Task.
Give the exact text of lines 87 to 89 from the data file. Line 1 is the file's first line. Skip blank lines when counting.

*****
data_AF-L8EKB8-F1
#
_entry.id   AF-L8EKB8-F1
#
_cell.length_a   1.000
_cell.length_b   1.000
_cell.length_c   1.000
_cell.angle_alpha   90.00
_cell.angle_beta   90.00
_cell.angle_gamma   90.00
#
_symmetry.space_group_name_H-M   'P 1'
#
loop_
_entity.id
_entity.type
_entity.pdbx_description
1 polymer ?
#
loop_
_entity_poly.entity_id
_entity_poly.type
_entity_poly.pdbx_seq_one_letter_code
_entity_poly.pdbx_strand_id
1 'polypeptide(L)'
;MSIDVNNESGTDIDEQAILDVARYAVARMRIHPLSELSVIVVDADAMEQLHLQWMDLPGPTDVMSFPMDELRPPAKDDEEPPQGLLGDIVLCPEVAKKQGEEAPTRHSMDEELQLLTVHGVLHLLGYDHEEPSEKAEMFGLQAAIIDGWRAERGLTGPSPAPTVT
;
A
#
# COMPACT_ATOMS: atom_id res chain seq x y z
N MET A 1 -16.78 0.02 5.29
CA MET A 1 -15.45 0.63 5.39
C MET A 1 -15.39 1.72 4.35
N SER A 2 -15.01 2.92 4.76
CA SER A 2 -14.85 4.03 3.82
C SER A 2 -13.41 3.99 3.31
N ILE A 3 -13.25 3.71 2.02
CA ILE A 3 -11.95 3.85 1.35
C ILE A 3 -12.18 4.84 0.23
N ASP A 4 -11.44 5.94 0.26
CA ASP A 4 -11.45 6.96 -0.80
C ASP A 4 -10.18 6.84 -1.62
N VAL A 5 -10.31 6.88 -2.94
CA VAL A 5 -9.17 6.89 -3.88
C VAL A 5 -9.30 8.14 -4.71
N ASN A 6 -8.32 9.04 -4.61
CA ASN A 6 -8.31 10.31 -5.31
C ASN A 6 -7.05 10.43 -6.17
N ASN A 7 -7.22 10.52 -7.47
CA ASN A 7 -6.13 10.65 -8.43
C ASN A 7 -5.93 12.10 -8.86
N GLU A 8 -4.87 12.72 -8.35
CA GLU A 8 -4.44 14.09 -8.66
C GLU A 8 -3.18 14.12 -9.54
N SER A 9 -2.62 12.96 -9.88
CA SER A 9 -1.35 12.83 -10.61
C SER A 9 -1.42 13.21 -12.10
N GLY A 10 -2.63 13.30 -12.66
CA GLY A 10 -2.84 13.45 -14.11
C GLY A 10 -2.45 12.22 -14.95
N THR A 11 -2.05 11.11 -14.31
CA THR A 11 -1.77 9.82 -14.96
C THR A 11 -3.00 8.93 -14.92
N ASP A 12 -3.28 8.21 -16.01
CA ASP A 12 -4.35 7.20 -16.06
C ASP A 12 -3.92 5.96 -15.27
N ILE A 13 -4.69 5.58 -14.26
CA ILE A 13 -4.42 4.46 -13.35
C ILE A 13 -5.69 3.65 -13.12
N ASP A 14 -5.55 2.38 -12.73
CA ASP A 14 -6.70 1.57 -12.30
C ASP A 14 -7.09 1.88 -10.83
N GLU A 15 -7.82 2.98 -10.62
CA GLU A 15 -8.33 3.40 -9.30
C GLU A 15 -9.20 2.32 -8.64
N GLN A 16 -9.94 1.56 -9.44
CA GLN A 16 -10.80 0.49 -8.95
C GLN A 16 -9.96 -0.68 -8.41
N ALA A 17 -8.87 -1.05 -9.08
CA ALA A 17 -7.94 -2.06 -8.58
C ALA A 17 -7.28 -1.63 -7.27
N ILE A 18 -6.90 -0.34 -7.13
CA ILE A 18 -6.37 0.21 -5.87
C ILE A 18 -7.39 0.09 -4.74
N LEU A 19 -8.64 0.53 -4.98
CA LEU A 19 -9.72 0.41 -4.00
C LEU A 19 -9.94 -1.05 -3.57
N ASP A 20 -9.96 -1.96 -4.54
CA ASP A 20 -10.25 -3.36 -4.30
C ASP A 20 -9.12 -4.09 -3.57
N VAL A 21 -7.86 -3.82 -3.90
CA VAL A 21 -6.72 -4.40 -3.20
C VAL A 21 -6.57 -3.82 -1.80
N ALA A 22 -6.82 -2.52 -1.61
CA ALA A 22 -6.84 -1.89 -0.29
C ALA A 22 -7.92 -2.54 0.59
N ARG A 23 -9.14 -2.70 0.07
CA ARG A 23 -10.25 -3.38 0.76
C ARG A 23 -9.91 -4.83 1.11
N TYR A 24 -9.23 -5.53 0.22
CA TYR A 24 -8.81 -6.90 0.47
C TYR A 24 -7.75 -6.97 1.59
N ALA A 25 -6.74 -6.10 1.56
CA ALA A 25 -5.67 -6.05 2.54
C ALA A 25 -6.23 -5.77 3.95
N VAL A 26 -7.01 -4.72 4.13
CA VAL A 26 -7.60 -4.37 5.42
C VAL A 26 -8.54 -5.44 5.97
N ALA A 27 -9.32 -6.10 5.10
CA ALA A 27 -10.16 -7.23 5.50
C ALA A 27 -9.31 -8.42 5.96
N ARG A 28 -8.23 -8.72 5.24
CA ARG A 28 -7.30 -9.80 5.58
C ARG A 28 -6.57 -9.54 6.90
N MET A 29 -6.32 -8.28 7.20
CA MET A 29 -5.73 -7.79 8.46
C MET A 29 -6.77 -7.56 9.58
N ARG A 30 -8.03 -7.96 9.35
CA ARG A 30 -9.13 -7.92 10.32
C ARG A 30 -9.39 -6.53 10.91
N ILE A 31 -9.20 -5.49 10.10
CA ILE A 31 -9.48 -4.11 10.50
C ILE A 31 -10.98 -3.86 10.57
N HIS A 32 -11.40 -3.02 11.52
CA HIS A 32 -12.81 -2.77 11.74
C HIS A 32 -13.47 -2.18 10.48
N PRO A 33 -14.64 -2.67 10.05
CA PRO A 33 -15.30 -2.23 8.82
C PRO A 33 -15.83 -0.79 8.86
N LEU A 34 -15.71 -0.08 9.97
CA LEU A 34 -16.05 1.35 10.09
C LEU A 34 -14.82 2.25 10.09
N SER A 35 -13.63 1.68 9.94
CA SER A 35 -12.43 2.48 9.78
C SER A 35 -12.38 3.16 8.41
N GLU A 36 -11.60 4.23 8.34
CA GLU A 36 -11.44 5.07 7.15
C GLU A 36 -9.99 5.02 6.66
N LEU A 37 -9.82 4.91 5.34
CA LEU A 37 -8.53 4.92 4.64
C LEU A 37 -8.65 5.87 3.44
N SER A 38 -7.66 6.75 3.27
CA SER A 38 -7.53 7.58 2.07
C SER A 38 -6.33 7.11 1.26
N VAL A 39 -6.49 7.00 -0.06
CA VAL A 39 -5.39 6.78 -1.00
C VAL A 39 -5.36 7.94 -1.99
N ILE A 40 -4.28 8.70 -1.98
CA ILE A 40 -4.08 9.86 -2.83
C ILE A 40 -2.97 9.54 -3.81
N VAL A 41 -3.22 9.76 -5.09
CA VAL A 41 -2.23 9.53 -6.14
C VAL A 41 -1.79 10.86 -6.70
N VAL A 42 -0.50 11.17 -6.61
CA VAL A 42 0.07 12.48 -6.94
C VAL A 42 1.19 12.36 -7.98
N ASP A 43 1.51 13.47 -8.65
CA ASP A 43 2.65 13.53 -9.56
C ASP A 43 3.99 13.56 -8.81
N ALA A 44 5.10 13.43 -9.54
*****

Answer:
C LEU A 19 -9.94 -1.05 -3.57
N ASP A 20 -9.96 -1.96 -4.54
CA ASP A 20 -10.25 -3.36 -4.30